Journal Article

Community and hospital spread of <i>Escherichia coli</i> producing CTX-M extended-spectrum β-lactamases in the UK

N. Woodford, M. E. Ward, M. E. Kaufmann, J. Turton, E. J. Fagan, D. James, A. P. Johnson, R. Pike, M. Warner, T. Cheasty, A. Pearson, S. Harry, J. B. Leach, A. Loughrey, J. A. Lowes, R. E. Warren and D. M. Livermore

in Journal of Antimicrobial Chemotherapy

Published on behalf of British Society for Antimicrobial Chemotherapy

Volume 54, issue 4, pages 735-743
Published in print October 2004 | ISSN: 0305-7453
Published online October 2004 | e-ISSN: 1460-2091 | DOI: https://dx.doi.org/10.1093/jac/dkh424
Community and hospital spread of Escherichia coli producing CTX-M extended-spectrum β-lactamases in the UK

More Like This

Show all results sharing these subjects:

  • Medical Oncology
  • Critical Care

GO

Show Summary Details

Preview

Objectives: During 2003, the Health Protection Agency's Antibiotic Resistance Monitoring and Reference Laboratory began to receive isolates of Escherichia coli for confirmation of extended-spectrum β-lactamase production with a phenotype implying a CTX-M-type β-lactamase, i.e. MICs of cefotaxime ≥8-fold higher than MICs of ceftazidime. Many were referred as being from community patients. We examined 291 CTX-M-producing isolates from the UK and investigated the genetic basis of their phenotype.

Methods: PCR was used to detect alleles encoding CTX-M enzymes and to assign these to their blaCTX-M phylogenetic groups. Selected alleles were sequenced. Producers were compared by analysis of banding patterns generated by pulsed-field gel electrophoresis of XbaI-digested genomic DNA. MICs were determined by an agar dilution method or by Etest.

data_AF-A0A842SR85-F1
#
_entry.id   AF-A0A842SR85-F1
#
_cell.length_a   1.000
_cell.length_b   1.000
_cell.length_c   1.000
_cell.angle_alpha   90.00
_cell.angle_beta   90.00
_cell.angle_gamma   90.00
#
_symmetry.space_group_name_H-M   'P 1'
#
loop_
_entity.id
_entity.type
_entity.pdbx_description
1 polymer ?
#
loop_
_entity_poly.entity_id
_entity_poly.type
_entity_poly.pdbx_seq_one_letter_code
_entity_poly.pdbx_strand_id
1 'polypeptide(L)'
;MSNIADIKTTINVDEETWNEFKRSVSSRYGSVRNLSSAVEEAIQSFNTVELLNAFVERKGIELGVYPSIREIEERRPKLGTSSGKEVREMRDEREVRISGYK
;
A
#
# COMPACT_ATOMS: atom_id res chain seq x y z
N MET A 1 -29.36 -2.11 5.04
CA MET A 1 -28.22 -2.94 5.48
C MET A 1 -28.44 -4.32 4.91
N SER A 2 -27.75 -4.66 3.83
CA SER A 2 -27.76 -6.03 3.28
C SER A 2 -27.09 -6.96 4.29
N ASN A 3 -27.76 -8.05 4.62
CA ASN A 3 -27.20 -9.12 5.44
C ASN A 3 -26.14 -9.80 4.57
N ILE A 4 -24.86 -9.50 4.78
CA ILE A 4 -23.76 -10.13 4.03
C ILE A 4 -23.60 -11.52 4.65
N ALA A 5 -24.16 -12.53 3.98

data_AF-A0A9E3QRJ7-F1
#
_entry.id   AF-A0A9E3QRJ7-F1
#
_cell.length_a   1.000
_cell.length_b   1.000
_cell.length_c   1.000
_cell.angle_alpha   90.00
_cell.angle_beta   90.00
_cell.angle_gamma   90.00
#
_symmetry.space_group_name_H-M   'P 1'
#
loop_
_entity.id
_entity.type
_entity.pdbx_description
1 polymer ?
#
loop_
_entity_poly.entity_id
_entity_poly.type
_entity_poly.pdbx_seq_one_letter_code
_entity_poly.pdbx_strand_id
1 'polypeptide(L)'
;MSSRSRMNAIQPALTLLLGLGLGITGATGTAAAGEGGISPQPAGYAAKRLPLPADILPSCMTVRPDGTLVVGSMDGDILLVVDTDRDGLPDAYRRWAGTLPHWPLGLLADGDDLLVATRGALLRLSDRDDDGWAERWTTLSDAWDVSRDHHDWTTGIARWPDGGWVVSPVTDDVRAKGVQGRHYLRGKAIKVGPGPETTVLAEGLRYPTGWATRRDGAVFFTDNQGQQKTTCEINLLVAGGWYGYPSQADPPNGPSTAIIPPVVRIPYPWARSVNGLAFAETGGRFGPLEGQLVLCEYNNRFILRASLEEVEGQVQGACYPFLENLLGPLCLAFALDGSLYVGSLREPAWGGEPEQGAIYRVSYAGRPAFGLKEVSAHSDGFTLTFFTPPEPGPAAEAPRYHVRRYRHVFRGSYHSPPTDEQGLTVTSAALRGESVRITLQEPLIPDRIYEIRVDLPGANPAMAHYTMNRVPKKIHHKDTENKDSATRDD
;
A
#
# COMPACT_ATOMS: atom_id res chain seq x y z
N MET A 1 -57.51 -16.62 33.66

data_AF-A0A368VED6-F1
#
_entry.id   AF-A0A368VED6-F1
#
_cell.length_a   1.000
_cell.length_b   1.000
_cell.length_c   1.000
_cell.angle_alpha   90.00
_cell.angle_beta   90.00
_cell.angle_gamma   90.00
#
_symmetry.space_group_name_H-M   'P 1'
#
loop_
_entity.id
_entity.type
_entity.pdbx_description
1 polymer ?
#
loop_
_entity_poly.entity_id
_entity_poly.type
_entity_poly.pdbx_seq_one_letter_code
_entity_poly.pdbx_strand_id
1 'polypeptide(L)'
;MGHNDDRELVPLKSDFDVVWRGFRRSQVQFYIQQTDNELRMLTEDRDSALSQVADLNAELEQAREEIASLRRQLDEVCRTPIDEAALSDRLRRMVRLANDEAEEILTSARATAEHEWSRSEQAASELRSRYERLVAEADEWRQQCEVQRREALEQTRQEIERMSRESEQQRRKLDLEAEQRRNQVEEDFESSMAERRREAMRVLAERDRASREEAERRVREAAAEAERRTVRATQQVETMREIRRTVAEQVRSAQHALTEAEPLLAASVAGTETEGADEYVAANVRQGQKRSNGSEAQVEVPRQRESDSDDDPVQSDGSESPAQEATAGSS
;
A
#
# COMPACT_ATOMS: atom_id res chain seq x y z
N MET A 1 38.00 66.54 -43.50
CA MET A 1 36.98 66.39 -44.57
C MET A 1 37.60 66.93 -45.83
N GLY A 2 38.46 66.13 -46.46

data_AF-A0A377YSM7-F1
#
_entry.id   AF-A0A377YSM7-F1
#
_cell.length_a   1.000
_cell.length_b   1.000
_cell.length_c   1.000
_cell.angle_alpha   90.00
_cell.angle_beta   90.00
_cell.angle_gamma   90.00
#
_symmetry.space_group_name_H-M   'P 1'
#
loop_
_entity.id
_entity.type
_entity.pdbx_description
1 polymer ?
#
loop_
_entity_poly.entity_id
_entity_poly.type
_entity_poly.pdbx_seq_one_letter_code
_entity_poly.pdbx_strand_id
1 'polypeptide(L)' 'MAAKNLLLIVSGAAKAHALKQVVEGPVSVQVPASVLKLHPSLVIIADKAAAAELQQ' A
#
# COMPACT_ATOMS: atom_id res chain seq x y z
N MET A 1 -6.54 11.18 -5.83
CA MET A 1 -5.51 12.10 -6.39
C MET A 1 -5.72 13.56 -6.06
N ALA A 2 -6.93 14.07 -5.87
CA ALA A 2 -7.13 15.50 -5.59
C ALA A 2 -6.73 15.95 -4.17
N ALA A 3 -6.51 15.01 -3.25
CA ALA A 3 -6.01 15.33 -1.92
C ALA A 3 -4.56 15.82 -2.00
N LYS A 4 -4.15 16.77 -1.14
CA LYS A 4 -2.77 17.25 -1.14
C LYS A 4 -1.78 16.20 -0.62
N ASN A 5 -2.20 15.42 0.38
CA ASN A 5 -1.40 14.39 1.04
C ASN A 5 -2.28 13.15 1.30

Results: Of 291 CTX-M-producing E. coli isolates studied from 42 UK centres, 70 (24%) were reportedly from community patients, many of whom had only limited recent hospital contact. Community isolates were referred by 12 centres. Two hundred and seventy-nine (95.9%) producers contained genes encoding group 1 CTX-M enzymes and 12 contained blaCTX-M-9-like alleles. An epidemic CTX-M-15-producing strain was identified, with 110 community and inpatient isolates referred from six centres. Representatives of four other major strains also produced CTX-M-15, as did several sporadic isolates examined. Most producers were multi-resistant to fluoroquinolones, trimethoprim, tetracycline and aminoglycosides as well as to non-carbapenem β-lactams.

Conclusions: CTX-M-producing E. coli are a rapidly developing problem in the UK, with CTX-M-15 particularly common. The diversity of producers and geographical scatter of referring laboratories indicates wide dissemination of blaCTX-M genes. Because of the public health implications, including for the treatment of community-acquired urinary tract infections, the spread of these strains—and CTX-M-15 β-lactamase in particular—merits close monitoring.

Keywords: ESBLs; CTX-M β-lactamases; community infections; molecular epidemiology

Journal Article.  4505 words.  Illustrated.

Subjects: Medical Oncology ; Critical Care

Full text: subscription required

How to subscribe Recommend to my Librarian

Users without a subscription are not able to see the full content. Please, subscribe or login to access all content.